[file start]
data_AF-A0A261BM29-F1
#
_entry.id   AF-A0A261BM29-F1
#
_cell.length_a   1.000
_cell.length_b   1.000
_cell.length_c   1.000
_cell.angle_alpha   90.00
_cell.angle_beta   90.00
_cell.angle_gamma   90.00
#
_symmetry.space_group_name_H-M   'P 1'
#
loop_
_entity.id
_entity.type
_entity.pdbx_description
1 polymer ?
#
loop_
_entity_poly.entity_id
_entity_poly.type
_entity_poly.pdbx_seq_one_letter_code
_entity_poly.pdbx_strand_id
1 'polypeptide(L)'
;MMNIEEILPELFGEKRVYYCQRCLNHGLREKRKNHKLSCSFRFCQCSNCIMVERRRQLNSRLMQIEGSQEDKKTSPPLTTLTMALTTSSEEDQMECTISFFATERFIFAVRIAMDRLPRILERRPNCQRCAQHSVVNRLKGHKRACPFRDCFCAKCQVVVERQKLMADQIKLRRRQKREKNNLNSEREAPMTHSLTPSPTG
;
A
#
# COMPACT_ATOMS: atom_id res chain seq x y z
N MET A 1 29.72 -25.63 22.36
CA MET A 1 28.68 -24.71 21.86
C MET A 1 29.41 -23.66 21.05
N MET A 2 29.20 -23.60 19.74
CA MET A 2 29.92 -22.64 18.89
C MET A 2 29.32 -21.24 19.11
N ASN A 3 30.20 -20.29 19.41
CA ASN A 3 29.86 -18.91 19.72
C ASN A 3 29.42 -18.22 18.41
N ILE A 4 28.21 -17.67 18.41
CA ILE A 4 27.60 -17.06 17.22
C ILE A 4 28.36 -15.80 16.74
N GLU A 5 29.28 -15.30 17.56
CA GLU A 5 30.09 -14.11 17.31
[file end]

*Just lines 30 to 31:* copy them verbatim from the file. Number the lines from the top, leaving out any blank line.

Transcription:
# COMPACT_ATOMS: atom_id res chain seq x y z
N MET A 1 29.72 -25.63 22.36